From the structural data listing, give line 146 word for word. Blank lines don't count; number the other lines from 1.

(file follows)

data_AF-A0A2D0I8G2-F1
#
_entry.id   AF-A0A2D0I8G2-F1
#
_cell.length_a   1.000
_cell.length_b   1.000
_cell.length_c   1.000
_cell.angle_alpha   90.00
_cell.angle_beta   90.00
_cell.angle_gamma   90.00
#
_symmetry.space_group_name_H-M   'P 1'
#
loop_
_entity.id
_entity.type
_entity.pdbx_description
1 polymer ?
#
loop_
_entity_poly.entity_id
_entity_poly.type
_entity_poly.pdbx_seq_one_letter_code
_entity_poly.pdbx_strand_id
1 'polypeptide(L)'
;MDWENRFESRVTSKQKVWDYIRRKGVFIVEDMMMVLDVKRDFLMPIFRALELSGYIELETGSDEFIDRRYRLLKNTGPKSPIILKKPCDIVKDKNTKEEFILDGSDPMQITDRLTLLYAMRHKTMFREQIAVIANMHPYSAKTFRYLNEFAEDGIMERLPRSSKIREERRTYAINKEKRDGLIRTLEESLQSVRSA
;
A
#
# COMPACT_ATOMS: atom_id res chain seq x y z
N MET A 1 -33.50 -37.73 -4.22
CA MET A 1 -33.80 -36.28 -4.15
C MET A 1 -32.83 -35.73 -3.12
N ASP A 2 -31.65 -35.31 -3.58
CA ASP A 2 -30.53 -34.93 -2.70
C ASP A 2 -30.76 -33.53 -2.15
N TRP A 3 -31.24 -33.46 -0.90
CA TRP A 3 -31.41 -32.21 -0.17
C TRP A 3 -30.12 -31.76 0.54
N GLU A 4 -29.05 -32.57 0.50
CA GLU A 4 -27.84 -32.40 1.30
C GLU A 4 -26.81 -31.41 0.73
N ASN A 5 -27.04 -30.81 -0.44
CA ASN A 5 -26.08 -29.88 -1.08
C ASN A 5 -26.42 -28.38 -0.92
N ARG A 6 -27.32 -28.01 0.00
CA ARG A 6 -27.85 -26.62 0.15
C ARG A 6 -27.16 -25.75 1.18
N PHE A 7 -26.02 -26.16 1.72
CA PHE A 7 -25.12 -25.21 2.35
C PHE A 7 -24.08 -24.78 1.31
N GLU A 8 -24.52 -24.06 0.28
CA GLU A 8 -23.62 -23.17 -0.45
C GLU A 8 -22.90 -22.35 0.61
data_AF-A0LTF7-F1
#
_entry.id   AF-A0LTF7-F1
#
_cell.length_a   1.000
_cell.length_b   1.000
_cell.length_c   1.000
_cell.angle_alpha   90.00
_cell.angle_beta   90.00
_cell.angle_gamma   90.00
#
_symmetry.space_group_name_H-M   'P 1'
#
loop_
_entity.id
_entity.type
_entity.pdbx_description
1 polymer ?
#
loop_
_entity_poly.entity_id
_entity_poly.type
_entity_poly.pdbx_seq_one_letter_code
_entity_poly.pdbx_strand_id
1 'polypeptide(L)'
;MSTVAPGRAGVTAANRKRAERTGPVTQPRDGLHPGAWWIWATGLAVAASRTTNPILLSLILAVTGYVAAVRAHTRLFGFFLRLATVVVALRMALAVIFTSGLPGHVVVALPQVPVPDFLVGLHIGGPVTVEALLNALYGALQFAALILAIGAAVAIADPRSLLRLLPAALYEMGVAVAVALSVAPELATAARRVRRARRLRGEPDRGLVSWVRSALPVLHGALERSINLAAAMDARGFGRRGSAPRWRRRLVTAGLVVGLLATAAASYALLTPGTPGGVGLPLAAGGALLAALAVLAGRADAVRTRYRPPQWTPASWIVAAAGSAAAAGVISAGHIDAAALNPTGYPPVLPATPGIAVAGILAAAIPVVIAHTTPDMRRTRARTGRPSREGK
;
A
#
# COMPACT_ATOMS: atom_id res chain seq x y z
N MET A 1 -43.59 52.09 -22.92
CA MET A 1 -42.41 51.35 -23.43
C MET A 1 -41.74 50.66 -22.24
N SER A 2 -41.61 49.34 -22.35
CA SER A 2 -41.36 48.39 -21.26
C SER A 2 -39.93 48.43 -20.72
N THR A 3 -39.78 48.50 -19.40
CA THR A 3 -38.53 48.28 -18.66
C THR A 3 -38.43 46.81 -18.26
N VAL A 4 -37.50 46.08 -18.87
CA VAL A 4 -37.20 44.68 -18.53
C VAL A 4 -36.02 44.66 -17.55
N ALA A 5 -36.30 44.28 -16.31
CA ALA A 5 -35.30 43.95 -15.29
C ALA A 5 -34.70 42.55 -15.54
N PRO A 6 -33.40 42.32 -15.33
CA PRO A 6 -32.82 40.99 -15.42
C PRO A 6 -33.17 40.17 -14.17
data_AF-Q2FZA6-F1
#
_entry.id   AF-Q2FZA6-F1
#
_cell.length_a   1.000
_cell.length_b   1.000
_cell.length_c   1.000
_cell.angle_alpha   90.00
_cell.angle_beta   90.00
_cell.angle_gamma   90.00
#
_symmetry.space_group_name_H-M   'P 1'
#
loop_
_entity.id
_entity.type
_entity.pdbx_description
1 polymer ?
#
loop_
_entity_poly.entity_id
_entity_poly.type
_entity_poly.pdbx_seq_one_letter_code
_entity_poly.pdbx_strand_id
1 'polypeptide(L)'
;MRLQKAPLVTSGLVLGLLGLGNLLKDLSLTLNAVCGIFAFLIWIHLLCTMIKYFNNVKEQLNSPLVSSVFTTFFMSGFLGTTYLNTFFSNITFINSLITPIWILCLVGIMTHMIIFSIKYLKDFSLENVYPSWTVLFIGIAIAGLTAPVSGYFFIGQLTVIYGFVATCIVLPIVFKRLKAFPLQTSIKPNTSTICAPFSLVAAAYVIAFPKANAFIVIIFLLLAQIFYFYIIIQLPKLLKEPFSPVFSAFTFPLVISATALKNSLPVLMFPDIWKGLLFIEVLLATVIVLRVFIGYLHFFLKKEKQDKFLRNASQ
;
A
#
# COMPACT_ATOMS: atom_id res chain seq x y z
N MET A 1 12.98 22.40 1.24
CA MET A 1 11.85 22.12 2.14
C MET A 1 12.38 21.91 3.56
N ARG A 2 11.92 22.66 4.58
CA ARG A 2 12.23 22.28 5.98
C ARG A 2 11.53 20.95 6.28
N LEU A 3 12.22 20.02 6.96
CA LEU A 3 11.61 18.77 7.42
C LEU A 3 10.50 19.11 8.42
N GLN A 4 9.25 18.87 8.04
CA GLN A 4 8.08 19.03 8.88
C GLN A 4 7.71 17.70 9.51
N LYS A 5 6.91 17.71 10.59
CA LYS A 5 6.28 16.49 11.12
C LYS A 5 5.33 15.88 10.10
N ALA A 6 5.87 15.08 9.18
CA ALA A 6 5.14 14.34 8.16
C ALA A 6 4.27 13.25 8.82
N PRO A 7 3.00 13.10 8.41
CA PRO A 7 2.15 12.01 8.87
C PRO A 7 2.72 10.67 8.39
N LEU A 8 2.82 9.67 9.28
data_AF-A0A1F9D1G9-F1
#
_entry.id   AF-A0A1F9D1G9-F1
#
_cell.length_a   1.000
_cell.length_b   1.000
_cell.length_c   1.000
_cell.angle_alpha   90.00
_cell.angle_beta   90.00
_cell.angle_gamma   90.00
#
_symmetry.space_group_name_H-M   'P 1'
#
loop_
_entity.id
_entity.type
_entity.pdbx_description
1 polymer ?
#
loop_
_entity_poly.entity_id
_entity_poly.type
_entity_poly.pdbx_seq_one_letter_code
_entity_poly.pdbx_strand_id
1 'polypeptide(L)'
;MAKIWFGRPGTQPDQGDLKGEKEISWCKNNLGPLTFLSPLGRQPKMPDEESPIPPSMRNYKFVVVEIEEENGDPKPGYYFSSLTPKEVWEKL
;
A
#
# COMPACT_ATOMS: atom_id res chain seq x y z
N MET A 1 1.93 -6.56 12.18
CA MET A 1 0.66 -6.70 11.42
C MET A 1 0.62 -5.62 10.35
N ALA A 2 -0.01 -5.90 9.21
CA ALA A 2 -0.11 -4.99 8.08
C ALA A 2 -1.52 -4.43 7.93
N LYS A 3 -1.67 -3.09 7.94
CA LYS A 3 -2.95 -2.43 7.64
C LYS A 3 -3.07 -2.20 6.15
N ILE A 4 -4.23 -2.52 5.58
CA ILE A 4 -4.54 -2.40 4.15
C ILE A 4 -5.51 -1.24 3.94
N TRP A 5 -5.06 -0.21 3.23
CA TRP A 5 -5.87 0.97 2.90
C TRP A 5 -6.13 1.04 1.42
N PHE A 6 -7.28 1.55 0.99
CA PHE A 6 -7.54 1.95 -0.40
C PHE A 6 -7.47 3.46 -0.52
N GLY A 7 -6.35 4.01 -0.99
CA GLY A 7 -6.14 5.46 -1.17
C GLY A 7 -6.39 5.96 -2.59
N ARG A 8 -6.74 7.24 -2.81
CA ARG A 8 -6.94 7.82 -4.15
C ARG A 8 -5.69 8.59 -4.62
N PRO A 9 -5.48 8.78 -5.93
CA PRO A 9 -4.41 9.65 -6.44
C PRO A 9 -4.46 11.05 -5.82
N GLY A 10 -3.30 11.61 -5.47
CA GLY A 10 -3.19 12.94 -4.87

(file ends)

CA LYS A 5 6.28 16.49 11.12